The USDA is making available three million dollars from the government's Environmental Quality Incentives, or EQIP program, to California farmers. The money is to help them comply with new EPA air quality standards requiring dramatic reductions in emissions from non-road engines. Typically those are diesel agricultural engines.
A more ambitious effort is an on-going global quest to combat planetary warming. The target of that effort is not just emissions but the release of specific gases.
For more than two decades, scientists and ecologists have believed that increased emissions of carbon dioxide have contributed to the trapping of more of the sun's rays than would occur naturally. The result, referred to as the "greenhouse effect", is projected to raise the overall temperature of the earth a few degrees. Those few degrees could change everything from where people live to where crops can be grown.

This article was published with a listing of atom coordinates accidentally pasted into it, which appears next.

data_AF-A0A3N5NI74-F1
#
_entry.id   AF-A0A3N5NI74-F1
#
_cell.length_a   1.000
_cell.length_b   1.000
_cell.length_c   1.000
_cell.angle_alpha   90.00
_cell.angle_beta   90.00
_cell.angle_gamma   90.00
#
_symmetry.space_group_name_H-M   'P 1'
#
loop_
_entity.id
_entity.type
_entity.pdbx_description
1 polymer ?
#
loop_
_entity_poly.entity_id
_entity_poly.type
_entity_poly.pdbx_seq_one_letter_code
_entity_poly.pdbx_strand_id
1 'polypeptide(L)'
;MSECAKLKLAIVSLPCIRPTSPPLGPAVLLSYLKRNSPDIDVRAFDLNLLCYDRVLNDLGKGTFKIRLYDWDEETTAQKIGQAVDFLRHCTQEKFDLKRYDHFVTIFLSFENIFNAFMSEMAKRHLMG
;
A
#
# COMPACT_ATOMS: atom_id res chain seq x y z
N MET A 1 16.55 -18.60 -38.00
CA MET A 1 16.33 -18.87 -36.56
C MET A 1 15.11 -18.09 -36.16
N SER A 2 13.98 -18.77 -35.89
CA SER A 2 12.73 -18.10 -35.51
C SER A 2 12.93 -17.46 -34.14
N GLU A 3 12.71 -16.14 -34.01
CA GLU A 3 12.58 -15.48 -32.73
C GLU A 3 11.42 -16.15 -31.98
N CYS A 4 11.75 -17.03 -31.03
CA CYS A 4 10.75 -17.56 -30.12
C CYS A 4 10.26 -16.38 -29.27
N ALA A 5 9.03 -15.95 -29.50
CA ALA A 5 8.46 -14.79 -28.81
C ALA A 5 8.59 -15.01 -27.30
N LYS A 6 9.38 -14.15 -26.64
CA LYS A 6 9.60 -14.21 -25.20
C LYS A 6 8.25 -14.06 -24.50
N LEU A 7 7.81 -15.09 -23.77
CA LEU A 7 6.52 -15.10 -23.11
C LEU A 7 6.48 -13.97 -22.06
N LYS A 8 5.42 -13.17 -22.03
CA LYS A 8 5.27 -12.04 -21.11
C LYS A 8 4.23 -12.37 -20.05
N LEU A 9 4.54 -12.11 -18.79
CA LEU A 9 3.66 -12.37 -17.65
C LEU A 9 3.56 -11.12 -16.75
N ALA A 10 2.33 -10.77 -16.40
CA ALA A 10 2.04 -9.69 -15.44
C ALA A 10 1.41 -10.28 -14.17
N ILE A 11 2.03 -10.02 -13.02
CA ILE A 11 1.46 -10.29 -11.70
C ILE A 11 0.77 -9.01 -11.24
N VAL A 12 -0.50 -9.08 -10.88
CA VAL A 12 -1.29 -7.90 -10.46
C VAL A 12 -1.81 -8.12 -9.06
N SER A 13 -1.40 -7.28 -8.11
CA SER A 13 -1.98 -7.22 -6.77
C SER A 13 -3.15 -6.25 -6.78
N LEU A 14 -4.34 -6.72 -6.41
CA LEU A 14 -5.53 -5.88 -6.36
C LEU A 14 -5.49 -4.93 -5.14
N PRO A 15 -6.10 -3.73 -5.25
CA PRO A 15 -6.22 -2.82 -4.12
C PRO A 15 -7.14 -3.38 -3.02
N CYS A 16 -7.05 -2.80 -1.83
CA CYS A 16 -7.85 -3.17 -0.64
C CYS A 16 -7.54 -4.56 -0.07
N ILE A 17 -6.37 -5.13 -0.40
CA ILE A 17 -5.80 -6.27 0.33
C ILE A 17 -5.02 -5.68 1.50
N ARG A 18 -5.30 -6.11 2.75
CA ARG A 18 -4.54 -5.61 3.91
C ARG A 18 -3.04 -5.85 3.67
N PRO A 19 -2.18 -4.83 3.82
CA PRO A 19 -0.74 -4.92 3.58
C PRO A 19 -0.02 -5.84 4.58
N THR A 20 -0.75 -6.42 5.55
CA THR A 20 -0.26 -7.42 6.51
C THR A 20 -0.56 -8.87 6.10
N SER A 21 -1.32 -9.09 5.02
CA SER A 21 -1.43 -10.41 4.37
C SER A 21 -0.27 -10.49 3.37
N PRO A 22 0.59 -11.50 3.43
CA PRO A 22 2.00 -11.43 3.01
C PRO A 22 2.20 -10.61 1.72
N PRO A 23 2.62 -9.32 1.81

Believing there was some credence to the theory, representatives of 39 developed nations went to Japan in 1997 to work out possible solutions. The representatives created and signed what is now known as the Kyoto Protocol. If ratified by enough of the governments of the signatory nations, greenhouse gasses, or GHGs, will be required to be reduced below 1990 levels. Those reduction goals are to be met between 2008 and 2012. As yet, the United States Congress has not ratified the agreement.